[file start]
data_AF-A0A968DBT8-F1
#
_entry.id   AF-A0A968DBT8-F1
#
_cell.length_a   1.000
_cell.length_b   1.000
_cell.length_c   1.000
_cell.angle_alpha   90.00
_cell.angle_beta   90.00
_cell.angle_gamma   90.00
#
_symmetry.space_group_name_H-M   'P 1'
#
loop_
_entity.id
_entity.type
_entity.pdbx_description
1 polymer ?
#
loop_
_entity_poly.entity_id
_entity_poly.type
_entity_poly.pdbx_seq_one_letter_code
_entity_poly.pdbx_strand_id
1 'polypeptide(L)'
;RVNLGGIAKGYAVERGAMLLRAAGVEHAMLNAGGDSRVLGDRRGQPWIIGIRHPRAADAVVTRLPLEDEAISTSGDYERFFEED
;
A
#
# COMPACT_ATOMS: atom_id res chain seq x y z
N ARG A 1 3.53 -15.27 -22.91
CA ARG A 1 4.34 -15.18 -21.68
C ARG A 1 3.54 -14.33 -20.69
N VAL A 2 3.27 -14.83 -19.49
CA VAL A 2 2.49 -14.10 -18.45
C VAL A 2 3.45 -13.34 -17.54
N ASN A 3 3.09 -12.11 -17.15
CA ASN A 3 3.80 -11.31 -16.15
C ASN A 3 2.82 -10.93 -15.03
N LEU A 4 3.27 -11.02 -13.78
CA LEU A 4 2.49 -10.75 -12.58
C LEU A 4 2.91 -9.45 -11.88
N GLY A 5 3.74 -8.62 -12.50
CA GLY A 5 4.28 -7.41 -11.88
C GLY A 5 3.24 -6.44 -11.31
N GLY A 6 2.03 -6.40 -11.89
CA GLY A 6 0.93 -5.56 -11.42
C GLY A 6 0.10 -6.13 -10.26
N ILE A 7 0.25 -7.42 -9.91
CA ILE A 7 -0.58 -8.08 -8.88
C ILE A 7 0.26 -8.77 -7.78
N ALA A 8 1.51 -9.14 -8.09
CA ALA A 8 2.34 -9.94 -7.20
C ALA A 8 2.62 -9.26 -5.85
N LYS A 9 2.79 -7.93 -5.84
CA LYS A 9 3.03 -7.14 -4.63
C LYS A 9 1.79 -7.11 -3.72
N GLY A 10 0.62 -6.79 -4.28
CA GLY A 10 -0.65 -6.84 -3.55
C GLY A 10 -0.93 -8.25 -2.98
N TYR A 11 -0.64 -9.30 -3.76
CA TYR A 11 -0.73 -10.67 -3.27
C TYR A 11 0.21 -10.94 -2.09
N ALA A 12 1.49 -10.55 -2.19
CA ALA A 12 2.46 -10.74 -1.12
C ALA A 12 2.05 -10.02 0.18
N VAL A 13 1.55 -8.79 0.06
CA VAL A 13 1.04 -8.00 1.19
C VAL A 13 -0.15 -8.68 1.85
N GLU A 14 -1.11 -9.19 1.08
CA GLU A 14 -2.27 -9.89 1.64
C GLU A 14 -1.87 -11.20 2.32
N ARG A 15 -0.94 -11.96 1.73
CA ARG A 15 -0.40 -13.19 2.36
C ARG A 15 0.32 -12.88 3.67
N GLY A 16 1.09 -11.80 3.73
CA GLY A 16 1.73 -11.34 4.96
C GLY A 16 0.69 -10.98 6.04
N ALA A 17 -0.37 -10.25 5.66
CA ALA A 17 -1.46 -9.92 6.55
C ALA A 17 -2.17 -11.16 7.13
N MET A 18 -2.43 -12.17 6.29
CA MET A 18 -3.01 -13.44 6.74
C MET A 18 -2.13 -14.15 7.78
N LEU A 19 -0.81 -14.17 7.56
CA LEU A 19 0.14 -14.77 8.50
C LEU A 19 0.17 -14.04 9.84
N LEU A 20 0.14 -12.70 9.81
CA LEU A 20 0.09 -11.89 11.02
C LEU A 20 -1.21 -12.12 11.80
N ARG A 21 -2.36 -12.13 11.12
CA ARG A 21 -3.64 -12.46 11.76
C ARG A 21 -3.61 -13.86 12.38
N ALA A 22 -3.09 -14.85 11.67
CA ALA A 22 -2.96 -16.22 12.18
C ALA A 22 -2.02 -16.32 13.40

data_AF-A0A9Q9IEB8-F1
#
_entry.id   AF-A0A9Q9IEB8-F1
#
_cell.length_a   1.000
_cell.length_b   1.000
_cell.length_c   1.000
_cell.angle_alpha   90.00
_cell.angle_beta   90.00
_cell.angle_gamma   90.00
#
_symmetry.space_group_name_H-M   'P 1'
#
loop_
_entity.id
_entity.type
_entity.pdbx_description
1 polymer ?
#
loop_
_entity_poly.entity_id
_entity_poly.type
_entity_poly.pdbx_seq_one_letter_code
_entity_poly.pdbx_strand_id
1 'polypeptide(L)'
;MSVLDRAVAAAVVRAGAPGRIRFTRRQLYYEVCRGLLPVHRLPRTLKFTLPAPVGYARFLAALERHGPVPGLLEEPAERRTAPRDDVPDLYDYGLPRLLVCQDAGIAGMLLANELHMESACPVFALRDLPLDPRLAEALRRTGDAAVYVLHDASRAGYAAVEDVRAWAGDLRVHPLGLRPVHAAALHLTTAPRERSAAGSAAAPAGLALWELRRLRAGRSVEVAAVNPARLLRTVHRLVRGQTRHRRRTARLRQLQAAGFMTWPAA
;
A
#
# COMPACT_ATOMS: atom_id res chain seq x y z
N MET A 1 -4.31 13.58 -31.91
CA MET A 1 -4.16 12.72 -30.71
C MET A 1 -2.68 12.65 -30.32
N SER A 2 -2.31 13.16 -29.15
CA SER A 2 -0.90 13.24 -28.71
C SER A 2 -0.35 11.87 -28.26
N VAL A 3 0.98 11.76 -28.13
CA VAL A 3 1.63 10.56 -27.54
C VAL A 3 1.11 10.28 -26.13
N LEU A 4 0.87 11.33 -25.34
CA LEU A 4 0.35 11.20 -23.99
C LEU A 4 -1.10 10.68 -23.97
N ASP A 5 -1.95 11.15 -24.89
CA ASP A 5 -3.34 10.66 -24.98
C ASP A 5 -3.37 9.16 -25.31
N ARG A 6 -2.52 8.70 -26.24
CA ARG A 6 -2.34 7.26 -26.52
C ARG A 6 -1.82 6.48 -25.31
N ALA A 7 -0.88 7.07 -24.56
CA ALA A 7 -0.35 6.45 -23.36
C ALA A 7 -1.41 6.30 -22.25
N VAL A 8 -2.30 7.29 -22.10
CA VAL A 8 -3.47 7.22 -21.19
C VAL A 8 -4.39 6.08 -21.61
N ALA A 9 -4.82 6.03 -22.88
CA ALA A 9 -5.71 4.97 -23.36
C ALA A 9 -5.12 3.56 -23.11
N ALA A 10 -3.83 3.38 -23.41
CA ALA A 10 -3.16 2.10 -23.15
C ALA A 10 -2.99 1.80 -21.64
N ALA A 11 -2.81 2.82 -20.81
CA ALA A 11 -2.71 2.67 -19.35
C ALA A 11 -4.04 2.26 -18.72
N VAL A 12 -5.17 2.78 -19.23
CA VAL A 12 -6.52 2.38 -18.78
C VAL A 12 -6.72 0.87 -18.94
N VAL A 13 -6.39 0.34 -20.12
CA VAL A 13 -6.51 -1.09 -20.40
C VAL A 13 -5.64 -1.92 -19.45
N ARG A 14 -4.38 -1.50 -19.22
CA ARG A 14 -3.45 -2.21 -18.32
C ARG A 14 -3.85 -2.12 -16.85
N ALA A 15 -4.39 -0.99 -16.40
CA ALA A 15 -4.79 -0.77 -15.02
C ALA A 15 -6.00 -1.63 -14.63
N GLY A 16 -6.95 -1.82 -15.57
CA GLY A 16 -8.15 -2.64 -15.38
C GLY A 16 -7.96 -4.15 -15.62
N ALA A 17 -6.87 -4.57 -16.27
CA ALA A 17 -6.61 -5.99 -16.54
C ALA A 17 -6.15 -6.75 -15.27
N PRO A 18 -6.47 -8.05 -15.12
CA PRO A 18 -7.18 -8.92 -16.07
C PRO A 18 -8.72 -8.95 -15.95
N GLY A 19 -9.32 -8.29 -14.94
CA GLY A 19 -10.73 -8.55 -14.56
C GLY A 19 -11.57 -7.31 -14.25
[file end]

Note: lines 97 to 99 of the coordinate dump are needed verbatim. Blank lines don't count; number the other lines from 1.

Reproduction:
data_AF-A0A9Q9IEB8-F1
#
_entry.id   AF-A0A9Q9IEB8-F1